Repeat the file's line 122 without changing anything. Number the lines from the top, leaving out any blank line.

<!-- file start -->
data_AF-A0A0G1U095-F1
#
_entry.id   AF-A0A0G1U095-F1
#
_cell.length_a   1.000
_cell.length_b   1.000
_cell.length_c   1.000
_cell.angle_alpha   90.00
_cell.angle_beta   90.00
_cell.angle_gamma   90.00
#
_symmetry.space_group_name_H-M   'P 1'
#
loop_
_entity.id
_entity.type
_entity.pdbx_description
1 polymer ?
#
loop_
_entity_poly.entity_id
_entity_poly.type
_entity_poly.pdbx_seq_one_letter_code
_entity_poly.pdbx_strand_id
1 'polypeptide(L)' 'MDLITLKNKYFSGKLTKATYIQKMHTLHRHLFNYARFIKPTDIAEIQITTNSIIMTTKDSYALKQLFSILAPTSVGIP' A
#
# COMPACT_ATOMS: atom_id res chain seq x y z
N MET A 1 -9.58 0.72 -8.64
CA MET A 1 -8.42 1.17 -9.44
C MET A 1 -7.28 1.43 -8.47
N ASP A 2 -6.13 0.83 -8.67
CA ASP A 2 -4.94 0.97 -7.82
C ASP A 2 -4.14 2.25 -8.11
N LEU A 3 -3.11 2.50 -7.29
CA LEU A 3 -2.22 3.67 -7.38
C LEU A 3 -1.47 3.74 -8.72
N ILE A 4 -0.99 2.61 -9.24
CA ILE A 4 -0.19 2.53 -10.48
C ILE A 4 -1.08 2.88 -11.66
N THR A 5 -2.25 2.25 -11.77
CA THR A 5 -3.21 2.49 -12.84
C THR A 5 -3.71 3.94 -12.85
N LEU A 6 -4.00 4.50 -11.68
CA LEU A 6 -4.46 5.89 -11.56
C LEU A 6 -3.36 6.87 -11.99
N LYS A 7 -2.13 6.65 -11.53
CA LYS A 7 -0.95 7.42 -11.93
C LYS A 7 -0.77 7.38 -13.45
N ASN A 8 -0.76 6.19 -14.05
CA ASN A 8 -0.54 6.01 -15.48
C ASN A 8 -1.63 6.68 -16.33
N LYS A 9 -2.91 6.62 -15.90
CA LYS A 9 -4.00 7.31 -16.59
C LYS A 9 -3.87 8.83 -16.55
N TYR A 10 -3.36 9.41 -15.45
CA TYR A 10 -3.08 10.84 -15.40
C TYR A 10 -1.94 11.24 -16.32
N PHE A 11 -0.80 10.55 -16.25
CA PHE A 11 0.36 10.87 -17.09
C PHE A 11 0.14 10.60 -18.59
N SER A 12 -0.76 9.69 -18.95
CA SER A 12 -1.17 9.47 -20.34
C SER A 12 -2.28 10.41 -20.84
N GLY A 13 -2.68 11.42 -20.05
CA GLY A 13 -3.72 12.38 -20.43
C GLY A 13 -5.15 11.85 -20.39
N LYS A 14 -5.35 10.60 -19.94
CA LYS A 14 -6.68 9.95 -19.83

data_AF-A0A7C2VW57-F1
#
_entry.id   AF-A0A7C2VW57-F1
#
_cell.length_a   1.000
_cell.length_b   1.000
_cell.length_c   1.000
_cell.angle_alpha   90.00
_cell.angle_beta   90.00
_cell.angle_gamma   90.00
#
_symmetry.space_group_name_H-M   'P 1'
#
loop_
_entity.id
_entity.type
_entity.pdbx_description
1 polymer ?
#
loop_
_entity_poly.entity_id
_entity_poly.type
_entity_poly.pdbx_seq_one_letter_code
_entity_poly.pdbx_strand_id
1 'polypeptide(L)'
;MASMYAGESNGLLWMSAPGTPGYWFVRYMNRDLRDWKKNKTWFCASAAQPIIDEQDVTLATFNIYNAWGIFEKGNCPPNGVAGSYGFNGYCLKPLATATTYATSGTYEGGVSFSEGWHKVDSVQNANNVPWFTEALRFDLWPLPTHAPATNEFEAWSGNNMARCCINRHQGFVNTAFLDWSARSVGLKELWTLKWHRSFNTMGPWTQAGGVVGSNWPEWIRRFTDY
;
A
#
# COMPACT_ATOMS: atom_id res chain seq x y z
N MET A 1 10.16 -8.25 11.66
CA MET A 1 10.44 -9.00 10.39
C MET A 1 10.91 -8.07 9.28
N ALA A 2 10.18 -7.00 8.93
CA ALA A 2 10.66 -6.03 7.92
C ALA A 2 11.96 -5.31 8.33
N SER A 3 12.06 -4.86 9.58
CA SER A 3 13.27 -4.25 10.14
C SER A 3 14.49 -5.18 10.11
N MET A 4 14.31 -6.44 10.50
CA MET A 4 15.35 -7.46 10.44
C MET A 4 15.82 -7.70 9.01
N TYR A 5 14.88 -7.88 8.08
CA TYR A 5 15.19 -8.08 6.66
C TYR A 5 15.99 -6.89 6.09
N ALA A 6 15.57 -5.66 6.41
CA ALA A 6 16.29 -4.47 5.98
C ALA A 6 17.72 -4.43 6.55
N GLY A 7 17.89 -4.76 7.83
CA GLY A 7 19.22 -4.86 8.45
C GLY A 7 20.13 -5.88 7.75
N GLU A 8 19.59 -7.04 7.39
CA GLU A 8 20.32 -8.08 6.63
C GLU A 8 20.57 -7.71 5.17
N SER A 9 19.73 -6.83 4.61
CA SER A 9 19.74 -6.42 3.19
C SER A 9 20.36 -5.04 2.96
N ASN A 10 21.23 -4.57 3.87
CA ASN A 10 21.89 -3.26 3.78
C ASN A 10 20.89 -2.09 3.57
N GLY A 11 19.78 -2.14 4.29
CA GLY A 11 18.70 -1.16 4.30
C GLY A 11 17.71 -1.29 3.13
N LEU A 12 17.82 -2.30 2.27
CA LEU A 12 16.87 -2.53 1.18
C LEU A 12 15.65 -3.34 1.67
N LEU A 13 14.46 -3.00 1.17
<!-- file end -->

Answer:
C GLU A 8 20.57 -7.71 5.17